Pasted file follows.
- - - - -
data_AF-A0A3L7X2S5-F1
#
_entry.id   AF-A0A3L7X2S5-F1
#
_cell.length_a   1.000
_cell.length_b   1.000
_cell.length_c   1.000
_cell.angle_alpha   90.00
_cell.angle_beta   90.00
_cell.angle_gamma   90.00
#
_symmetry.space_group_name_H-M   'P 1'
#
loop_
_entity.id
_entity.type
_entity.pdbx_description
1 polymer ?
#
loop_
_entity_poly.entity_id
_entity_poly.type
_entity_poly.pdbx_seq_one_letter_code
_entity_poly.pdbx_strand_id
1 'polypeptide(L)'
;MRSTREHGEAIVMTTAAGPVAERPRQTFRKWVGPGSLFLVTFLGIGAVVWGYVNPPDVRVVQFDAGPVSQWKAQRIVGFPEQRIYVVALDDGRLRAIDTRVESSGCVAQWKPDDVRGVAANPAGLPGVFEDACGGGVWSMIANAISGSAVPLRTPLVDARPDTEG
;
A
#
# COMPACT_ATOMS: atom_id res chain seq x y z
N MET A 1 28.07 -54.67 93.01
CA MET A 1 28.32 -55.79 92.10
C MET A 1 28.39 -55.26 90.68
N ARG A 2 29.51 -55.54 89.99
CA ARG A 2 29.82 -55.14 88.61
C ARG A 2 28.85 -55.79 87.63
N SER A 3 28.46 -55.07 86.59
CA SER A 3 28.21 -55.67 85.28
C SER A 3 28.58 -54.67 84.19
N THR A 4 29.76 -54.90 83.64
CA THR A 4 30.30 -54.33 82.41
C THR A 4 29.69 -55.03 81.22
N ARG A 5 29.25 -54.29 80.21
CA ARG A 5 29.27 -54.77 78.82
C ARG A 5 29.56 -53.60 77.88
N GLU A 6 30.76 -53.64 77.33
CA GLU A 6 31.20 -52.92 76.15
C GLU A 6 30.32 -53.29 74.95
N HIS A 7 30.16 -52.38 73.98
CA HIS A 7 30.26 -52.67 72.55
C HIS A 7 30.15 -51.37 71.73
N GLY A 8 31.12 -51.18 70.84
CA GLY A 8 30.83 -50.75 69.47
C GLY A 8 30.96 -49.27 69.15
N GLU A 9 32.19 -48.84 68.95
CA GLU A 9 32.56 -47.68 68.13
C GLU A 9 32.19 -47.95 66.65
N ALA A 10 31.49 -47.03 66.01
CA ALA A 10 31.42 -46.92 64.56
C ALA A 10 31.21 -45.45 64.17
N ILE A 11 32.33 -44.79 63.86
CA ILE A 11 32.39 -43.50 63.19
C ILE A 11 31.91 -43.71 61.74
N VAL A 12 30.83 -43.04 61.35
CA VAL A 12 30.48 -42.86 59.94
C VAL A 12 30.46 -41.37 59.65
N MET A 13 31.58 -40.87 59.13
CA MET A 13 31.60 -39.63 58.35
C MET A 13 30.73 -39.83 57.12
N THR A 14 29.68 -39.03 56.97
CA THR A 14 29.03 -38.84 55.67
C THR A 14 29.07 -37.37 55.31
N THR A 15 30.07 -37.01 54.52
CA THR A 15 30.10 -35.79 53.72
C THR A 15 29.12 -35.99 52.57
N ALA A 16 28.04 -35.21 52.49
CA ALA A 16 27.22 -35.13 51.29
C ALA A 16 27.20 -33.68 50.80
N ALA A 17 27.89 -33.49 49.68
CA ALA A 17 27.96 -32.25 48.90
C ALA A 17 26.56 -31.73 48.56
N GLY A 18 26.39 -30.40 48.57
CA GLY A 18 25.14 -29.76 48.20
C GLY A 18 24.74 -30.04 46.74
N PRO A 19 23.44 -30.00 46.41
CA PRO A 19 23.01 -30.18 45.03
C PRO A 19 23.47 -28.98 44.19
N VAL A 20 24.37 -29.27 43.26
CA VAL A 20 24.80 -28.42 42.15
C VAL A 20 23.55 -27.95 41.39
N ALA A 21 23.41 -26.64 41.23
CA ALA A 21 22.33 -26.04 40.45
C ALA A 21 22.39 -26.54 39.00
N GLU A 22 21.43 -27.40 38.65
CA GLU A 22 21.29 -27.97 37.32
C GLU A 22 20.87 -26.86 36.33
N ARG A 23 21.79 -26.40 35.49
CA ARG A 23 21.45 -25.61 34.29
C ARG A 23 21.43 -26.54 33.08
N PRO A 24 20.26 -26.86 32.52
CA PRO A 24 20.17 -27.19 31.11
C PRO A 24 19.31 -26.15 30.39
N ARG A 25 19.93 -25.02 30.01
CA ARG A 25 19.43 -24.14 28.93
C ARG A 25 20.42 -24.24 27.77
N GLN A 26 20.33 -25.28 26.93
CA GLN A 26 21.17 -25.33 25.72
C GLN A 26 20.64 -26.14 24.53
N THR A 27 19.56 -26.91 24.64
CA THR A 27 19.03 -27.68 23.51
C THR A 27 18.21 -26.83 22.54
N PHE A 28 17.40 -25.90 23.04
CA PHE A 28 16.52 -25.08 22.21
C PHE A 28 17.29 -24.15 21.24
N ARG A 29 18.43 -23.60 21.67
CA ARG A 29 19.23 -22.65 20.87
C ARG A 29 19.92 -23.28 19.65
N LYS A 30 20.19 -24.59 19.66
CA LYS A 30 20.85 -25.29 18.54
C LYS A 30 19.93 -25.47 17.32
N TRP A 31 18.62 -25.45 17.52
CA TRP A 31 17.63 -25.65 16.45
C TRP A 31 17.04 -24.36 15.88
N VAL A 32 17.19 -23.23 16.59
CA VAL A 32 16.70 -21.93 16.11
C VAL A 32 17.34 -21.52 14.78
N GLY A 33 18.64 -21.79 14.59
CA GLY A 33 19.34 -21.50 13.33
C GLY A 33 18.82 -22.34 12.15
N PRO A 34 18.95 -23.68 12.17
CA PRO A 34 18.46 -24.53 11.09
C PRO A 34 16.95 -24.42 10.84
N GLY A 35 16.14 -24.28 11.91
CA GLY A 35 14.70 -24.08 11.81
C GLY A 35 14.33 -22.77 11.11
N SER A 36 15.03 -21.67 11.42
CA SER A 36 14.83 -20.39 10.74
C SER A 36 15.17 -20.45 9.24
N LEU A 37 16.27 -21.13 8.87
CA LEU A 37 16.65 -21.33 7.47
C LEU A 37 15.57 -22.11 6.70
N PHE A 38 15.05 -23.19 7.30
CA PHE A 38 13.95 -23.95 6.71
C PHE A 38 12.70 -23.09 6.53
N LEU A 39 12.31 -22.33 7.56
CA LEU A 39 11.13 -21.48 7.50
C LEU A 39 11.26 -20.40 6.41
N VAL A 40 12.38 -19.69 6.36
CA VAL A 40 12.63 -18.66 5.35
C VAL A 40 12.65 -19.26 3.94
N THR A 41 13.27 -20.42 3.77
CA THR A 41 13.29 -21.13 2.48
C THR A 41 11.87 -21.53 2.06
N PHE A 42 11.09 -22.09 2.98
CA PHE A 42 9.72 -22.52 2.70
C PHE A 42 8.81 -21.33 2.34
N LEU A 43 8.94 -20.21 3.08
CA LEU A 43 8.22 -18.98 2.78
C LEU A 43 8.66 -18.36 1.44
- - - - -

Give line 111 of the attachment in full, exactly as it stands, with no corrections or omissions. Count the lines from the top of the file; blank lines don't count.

C THR A 27 18.21 -26.83 22.54